But, at the top of my list, and what I considered to be THE most important reason for the whole trip – was that we were about to explore the beautiful Ansel Adams Wilderness!! I’d even bought a tiny, new camera to document it all with.
It was all so exciting!
In the car.
On the drive up to the mountains.
Within 30 minutes of leaving the parking lot, however, while on the steady, altitude-climbing-elevation-changing switchback from hell, and while carrying approximately one-third my total bodyweight on my back, I quickly realized I had made a horrendous mistake.
A seriously, horrible, horrendous mistake.
Panic began to set in.
My mind was spinning, my legs were wobbling and I was feeling more than a bit faint.
I immediately began to formulate a plan.
IF I TURN AROUND NOW I COULD MAKE IT BACK TO THE PARKING LOT BEFORE DARK AND HOPEFULLY FIND A PAYPHONE TO CALL A CAB TO TAKE ME BACK TO THE SAN FRANCISCO AIRPORT.
That was my plan.
I am not exaggerating in the least when I say this. I wasn’t worried about the distance or the cost – I was only concerned with getting back to the place where the airplanes were that could take me home, while there was still some glimmer of hope of being able to do so. I truly believed taking another step up that trail might would have very well killed me. And if it took me ten years to pay off the credit card I would have to use to pay for that cab ride (roughly a three hour drive) well, it would be worth every single penny.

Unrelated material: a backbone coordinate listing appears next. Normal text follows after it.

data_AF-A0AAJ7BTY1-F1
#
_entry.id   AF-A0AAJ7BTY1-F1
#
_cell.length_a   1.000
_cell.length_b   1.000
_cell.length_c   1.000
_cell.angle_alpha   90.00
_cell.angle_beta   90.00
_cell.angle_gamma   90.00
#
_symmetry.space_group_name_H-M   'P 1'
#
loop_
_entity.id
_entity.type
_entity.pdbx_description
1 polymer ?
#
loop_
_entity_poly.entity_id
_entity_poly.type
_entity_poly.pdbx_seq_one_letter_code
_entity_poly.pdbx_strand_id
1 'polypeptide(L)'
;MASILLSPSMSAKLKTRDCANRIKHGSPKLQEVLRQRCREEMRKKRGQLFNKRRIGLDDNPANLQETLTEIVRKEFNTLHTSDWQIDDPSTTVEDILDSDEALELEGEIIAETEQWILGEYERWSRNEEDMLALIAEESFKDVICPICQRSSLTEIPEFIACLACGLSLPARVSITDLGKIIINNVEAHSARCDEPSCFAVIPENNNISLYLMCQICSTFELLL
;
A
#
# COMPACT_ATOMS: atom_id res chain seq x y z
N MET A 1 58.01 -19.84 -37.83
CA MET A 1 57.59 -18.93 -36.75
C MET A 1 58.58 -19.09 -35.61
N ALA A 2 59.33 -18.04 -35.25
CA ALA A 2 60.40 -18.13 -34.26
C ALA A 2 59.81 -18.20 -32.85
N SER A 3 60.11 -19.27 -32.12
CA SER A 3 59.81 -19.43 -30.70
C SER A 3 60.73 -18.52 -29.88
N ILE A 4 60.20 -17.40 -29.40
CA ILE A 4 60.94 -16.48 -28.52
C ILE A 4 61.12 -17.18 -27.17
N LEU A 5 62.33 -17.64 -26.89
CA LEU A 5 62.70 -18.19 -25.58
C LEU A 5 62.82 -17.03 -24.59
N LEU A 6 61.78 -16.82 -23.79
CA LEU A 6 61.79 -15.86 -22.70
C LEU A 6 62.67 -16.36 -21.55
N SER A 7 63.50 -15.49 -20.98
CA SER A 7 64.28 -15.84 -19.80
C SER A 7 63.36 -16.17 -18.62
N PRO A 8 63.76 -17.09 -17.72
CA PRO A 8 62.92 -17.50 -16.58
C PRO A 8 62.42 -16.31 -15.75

without any fanfare at all….(no trumpets blowing, no angels singing, no parting clouds)
a miracle happened.
One of my trail-mates noticed I was wearing my pack all wrong. In less than half a minute she’d cinched up my pack’s lower strap so that all the weight suddenly shifted from my shoulders to my hips allowing me to carry the weight much, much more easily. And when I say it was like a weight had been lifted, I really mean it – a huge physical, emotional, metaphorical weight had been lifted right off of me – just like that.
And it quite literally made all the difference.
There. Was. Hope.
I’m not saying this turned me into a super-hiker or anything like that – but I am saying the relief was palpable; I was actually able to see the proverbial light at the end of the tunnel; it wasn’t necessarily a bright light….but at least I could see it! And although I still had a couple of days ahead of me before I would begin to feel even somewhat capable (as hiking goes) I was at least able to keep up with the group. (I had also read that mountain lions, on prowl, would seek out the weakest and slowest member in a herd…) — but….I really do believe it was my new-found optimism that spurred me along making that week one of THE most memorable ones to-date (dare I say life-changing) and one that I would not soon forget!
It. Was. Amazing.
And that leads me to the point of this post…